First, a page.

Tuesday, February 27, 2018

How Malware fools Sandboxes with complex Installation Procedures

Cybercriminals are always innovative and fast in finding new tricks to bypass security solutions, and sandboxes are no exception. If you look at today's tricks, the majority belong to the group of environment checks. A malware detects that is not running on the real target system but rather in a sandbox and therefore hides its real behavior.
However, what if the sandbox does not know how to execute the sample at all or if it does not find the payload?

This blog post will outline some advanced attacks which fall into this category and show how Joe Sandbox can handle these evasions.

King PDF

PDF has been used for years to deliver malware to endpoints, mostly through exploits. The shell code inside a PDF is the trigger used to download and install a second stage malware. However, these days PDFs are also often used to just deliver a link:

When the victim clicks on the link, the malware is downloaded via a web browser and then installed.

Given this common scenario, the goal of a sandbox is to precisely simulate this behavior.

Sandbox UI automation 101

To be able to automate the user interaction, the sandbox has to first find the link in the PDF. There are two ways to do so:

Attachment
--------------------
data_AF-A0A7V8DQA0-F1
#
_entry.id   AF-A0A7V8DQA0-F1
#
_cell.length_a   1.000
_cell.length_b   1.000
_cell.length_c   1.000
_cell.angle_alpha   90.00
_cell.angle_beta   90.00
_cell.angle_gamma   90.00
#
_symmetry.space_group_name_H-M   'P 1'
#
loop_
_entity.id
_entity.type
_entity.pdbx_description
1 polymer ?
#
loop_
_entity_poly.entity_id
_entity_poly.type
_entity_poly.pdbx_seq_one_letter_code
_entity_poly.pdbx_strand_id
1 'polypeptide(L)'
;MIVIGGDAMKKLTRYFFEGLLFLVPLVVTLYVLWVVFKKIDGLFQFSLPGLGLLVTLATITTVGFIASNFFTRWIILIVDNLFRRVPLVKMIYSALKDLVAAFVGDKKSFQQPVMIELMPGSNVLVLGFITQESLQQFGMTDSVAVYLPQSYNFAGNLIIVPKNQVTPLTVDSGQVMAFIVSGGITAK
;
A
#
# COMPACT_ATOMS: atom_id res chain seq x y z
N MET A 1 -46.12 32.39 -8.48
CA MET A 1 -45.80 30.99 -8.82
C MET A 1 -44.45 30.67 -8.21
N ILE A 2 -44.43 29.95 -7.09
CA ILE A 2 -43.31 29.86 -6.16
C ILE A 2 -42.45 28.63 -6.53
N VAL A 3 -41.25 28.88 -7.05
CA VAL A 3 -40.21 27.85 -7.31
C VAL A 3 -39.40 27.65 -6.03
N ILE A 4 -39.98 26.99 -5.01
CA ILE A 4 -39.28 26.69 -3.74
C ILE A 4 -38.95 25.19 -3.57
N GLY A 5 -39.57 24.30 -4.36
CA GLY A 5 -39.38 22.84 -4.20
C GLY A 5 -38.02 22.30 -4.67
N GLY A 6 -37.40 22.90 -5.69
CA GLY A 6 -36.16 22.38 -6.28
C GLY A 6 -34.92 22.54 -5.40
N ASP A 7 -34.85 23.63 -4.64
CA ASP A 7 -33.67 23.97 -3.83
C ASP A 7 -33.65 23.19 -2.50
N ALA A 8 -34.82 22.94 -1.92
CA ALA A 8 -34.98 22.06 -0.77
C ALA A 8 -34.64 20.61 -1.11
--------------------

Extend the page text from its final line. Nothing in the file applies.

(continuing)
• Parse the PDF and search for links
  • Click on the link

Most sandboxes choose the first option as it is the easiest way. However, this has some big shortcomings due to the fact that a link can be well hidden inside a PDF. In addition, the link can also be obfuscated or dynamically generated via Javascript. If we look at the PDF below, it contains a link, but the PDF is encrypted. To get the link, you first have to decrypt the PDF:

As you can observe, link extraction via parsing the PDF is not really the solution. How about clicking on the link? This is also non-trivial because Adobe Reader uses its own UI elements. The Windows UI Automation (UIA) does not help here and the UISpy tool only detects the other PDF page but not the link button:

So how does Joe Sandbox solve this? Well, first it creates a grid on the PDF page and then tries to determine if each cross point is worth to be clicked. If so, it will then simulate clicks on each interesting cross point and watches the Adobe Reader process for any events:

If a button is reached and clicked successfully, the click simulation is stopped. Then right afterwards, our OCR UI engine takes over.

OCR based UI Automation

Using the above-mentioned technique, Joe Sandbox's PDF automation has successfully clicked the link. Due to that, the local browser will be opened by the operating system and since the link points to a file, it will be downloaded: